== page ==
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Dengue is a mosquito borne infection caused by dengue virus. It is common in warm, wet areas of the world. Outbreaks occur in the rainy season. It is rare in the United States. It does not spread from person to person. Symptoms include a high fever, headaches, joint and muscle pain, vomiting, and rashes. In some cases, dengue turns into dengue hemorrhagic fever, which causes bleeding from nose, gums, or under the skin. It can also become dengue shock syndrome, which causes massive bleeding and shock. These forms of dengue are life-threatening. There is no specific treatment. Most people with dengue recover within 2 weeks. Until then, drinking lots of fluids, resting and taking non-aspirin fever-reducing medicines might be helpful. People with the more severe forms of dengue usually need to get hospitalized and get fluids. It can be prevented by avoiding going to the areas effected with dengue cases, wearing insect repellent with DEET, wearing clothes covering arms, legs and feet and by closing open doors and windows. Population growth, rapid urbanization, increase in international travel from endemic areas and global warming are playing a major role in disease spread. Measures should be taken to control the aforementioned causes to prevent disease spread and reduce epidemic flare up.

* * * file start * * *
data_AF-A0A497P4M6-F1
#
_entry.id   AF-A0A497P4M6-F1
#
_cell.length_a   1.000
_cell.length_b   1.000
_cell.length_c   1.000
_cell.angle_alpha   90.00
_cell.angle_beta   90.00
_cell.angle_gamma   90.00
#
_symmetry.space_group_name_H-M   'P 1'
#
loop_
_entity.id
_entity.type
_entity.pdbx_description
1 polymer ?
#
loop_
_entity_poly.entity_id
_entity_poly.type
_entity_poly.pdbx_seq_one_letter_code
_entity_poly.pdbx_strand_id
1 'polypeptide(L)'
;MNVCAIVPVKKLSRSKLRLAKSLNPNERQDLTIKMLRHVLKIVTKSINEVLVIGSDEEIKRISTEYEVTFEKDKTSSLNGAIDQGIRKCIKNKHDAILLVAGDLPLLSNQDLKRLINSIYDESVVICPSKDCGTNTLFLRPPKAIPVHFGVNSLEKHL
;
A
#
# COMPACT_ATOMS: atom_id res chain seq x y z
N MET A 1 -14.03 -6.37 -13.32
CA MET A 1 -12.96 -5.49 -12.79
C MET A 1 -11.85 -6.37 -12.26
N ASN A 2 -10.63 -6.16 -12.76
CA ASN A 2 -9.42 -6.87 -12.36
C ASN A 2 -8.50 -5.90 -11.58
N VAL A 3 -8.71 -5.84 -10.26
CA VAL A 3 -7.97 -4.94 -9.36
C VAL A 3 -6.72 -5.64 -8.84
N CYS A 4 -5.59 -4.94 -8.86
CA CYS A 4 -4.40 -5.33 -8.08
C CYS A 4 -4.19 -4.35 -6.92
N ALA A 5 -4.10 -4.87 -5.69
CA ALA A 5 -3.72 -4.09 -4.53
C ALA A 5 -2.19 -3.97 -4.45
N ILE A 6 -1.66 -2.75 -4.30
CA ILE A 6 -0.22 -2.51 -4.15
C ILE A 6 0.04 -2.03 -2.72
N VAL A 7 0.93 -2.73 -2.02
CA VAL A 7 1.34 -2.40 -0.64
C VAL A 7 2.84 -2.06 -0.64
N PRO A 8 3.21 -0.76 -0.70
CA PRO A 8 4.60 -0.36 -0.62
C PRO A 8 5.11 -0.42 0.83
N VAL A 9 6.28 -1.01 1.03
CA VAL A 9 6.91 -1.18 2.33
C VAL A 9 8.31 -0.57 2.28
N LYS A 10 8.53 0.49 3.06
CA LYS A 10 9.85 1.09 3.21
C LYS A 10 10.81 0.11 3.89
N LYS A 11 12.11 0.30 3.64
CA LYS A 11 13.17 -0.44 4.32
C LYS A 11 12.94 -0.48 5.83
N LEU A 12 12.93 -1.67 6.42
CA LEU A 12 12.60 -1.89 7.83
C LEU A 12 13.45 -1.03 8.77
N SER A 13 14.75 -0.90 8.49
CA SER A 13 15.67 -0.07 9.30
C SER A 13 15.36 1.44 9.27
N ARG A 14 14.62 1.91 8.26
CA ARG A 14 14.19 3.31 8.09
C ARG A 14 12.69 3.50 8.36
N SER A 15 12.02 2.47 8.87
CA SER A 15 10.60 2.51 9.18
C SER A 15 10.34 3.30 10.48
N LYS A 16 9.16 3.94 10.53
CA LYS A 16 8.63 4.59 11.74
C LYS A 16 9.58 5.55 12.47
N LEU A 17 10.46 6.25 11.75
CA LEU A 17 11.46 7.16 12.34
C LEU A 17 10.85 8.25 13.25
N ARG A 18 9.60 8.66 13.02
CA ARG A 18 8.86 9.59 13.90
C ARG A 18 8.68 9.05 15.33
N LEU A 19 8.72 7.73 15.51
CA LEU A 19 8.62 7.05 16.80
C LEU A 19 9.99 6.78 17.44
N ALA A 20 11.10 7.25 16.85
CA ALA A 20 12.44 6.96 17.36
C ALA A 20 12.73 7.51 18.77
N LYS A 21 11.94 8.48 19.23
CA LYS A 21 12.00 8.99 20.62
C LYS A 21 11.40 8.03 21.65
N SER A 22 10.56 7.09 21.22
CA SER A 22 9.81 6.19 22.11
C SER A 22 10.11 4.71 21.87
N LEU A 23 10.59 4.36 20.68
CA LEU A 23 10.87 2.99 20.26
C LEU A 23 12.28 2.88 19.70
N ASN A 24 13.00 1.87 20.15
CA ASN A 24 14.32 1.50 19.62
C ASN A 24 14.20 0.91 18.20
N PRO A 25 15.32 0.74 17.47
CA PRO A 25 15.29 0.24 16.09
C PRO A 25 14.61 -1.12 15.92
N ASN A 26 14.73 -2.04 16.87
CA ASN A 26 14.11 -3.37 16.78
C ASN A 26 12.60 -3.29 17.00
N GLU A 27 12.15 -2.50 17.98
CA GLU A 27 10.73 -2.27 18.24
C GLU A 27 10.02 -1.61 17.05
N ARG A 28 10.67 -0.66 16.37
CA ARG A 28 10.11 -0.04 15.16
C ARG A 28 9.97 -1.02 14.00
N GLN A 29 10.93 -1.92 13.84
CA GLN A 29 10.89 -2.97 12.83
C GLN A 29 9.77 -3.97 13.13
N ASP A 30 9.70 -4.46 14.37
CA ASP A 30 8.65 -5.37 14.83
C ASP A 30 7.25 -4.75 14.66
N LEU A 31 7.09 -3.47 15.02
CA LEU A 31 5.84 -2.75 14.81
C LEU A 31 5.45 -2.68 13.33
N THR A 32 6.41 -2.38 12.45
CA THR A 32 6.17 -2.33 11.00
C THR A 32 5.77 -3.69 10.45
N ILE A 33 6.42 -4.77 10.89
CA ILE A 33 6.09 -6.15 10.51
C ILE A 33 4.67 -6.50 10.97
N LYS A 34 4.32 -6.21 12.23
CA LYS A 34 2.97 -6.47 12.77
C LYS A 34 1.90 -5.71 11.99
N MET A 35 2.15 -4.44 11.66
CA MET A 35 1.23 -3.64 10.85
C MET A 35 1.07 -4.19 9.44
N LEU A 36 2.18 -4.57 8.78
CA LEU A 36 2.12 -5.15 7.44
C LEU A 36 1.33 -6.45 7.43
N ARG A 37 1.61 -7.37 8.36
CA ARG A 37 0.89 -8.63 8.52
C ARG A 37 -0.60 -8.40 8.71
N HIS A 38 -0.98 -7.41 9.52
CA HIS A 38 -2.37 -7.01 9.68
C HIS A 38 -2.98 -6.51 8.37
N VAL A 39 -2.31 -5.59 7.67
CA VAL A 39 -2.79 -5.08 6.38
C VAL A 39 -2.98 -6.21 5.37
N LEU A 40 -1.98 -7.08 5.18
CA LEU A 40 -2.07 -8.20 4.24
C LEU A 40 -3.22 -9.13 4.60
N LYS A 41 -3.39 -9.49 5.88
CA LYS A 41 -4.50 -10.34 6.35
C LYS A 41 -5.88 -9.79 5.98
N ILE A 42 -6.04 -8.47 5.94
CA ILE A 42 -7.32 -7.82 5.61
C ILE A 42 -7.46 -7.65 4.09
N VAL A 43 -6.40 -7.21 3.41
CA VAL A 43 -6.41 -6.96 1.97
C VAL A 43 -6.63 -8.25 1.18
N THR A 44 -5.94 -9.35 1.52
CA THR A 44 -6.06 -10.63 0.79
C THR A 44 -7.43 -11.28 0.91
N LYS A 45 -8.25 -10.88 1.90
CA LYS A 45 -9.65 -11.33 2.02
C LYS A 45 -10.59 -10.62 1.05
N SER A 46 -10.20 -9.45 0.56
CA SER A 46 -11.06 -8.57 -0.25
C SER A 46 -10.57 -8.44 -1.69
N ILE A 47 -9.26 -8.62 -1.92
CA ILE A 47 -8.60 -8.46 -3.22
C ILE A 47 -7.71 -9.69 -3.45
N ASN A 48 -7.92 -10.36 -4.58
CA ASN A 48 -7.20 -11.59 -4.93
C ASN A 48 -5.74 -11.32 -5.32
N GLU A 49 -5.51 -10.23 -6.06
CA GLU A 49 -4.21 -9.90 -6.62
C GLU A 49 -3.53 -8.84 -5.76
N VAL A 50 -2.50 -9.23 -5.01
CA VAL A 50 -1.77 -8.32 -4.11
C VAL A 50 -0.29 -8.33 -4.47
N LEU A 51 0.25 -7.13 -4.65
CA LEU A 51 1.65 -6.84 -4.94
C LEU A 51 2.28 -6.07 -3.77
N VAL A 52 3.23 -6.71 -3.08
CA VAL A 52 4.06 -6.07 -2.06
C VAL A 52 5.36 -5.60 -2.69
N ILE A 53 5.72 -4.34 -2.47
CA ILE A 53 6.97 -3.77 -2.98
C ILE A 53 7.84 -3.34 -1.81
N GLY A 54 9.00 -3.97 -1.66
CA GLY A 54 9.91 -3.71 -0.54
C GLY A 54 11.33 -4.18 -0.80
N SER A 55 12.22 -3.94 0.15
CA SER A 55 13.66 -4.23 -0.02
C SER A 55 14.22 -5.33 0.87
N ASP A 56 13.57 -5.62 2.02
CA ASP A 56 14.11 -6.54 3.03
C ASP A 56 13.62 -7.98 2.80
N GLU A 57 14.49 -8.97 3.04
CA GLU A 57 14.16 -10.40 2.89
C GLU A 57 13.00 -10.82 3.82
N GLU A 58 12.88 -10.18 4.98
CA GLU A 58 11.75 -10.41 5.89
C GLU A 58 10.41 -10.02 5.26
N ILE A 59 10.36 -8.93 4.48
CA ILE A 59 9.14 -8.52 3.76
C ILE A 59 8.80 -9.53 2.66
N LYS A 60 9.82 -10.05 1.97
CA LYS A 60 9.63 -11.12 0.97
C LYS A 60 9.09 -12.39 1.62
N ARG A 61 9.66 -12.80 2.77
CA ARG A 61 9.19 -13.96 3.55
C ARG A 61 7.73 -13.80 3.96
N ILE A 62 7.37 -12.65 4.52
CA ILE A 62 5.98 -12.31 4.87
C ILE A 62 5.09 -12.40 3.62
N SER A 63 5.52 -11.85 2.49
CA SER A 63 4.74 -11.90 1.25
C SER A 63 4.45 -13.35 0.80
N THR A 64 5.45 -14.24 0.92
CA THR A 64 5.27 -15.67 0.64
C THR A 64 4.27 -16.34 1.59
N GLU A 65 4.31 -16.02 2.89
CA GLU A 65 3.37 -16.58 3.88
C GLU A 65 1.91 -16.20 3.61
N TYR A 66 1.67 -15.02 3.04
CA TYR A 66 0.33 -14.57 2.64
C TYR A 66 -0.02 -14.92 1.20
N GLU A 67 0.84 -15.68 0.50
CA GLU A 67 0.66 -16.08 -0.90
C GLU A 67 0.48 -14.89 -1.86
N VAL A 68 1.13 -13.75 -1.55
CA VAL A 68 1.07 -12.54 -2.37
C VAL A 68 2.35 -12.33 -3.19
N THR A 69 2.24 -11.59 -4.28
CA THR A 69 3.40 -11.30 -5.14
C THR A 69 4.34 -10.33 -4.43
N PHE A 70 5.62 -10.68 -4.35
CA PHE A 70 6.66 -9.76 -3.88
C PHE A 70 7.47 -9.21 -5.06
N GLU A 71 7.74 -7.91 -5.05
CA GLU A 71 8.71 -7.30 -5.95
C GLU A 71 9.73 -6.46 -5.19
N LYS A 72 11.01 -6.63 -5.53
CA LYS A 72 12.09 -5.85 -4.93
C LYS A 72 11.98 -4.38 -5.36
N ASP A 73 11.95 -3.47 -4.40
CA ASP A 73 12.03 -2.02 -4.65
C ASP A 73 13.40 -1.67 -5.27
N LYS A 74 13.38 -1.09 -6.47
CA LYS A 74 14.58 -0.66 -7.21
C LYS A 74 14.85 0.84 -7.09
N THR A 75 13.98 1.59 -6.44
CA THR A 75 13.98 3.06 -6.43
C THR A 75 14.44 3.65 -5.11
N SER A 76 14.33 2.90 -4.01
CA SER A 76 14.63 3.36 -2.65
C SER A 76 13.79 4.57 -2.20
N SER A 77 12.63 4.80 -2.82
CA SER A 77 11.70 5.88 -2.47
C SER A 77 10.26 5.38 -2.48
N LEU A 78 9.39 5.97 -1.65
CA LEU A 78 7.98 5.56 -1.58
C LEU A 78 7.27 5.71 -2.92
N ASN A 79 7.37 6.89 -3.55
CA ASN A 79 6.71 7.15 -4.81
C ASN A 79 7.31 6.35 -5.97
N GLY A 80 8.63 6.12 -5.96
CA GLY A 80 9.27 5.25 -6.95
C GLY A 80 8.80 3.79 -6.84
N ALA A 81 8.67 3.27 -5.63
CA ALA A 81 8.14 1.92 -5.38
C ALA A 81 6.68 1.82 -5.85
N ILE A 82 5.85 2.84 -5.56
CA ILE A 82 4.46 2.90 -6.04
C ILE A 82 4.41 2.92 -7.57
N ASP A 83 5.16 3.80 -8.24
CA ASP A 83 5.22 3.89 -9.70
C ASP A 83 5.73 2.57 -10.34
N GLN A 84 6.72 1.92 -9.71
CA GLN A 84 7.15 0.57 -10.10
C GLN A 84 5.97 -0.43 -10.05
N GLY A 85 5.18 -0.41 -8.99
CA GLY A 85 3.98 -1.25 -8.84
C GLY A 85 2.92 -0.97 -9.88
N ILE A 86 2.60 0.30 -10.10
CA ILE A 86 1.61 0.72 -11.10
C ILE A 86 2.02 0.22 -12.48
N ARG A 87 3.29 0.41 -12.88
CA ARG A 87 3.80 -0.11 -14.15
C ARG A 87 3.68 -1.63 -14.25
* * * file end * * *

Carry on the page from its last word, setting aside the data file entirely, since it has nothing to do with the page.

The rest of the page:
Dengue hemorrhagic fever (DHF), Dengue shock syndrome (DSS), Dengue fever, Aedes aegypti (Ae. aegypti).